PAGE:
Immunoreactive cytokines have been the mainstay of treatment of renal cancer for the past 15 years. Most research has focused on interferon alpha (IFN-α) and interleukin 2 (IL-2). IFN-α has been shown in Phase III studies to produce a modest survival advantage over inactive or non-IFN-containing regimens. Its general tolerability, multiple proposed mechanisms of action, and familiarity have prompted IFN-α to be studied in combination with a variety of agents with potential activity against renal cell carcinoma. These various studies may justify an increased role for IFN-α in the treatment of renal cancer in the foreseeable future. High-dose bolus IL-2 remains the only treatment for stage IV renal cancer approved by the United States Food and Drug Administration. Food and Drug Administration approval was granted in 1992 based on the ability of this agent to produce durable complete responses in a small number of patients. Unfortunately, the toxicity, expense, and restricted accessibility of high-dose IL-2 make it a poor standard. Regimens involving lower doses of IL-2 either alone or in combination with IFN-α have generally produced fewer tumor regressions of less overall quality. Recent efforts have focused on trying to identify factors predictive of response to IL-2 therapy so that this treatment could be limited to those most likely to benefit.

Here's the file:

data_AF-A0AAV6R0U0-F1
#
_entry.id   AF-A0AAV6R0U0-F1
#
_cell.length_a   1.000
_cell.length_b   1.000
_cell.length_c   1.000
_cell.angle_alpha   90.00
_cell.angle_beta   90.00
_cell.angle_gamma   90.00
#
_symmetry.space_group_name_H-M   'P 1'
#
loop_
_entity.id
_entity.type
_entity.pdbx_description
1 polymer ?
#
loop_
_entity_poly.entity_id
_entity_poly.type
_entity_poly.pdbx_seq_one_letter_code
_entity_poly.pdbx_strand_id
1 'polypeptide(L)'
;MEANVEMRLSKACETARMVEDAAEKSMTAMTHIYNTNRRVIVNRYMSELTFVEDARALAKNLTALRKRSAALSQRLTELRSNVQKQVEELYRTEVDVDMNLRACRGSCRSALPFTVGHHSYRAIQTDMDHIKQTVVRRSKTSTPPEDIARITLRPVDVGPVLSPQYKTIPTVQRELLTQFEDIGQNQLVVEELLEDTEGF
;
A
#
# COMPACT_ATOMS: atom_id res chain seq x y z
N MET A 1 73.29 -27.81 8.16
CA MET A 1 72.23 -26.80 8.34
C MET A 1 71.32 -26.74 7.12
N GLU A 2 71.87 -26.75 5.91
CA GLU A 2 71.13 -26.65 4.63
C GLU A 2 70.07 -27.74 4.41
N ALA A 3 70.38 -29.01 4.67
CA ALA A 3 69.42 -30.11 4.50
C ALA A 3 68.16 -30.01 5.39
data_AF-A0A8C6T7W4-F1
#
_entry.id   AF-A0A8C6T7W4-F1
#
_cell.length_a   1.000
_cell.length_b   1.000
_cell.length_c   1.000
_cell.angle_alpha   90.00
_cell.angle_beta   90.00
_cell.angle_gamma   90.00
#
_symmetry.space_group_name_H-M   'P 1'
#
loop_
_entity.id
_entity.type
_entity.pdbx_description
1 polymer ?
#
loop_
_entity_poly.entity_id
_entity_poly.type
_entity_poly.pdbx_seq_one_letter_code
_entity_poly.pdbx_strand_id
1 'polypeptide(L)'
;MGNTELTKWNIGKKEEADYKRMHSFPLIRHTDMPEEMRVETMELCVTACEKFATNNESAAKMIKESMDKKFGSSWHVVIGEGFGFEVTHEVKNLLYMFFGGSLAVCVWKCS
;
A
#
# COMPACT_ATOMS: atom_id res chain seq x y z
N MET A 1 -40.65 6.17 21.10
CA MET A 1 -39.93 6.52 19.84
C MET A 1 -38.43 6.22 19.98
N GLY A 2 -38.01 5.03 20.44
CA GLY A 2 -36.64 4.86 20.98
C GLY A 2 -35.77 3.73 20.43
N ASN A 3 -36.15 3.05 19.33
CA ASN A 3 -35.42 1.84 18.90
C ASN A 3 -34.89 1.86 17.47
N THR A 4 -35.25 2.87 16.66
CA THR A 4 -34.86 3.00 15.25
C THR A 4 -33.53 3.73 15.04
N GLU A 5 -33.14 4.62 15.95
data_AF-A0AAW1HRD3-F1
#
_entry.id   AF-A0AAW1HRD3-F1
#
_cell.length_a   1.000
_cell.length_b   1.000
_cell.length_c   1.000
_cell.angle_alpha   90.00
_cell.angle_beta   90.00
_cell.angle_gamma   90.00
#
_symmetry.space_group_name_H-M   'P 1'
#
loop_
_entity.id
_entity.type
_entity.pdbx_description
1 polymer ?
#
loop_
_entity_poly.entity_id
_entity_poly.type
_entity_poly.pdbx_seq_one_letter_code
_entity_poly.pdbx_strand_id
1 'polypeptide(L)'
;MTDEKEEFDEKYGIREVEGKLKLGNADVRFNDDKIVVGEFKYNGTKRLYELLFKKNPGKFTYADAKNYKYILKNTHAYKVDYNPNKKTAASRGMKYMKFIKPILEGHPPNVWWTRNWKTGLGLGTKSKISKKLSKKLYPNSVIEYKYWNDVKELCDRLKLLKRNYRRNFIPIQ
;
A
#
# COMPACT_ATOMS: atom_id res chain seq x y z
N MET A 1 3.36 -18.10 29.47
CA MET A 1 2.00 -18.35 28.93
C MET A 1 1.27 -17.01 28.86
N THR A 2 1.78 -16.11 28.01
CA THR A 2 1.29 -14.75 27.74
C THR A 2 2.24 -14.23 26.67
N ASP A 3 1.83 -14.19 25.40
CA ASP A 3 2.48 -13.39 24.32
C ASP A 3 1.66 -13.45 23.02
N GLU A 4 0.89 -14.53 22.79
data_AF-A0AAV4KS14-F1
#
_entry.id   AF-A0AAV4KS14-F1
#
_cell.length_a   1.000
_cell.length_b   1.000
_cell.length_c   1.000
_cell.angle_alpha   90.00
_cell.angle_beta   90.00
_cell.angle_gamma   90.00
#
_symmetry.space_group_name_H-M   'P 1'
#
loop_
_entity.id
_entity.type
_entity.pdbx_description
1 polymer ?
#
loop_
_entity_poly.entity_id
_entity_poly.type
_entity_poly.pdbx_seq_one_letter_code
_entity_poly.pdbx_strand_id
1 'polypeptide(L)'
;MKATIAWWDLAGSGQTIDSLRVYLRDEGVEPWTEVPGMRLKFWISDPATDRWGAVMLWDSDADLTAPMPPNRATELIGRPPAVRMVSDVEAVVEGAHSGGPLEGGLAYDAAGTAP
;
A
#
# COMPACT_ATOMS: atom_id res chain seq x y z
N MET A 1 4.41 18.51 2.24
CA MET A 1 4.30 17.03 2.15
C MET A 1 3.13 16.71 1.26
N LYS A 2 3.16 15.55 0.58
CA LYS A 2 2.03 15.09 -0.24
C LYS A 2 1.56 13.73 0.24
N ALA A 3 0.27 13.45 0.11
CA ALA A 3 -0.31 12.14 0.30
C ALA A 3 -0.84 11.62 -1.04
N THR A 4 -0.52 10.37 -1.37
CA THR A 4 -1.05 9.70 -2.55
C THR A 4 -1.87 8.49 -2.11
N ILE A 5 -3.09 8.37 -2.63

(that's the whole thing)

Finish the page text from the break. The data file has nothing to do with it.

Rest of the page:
All Science Journal Classification (ASJC) codes
- Cancer Research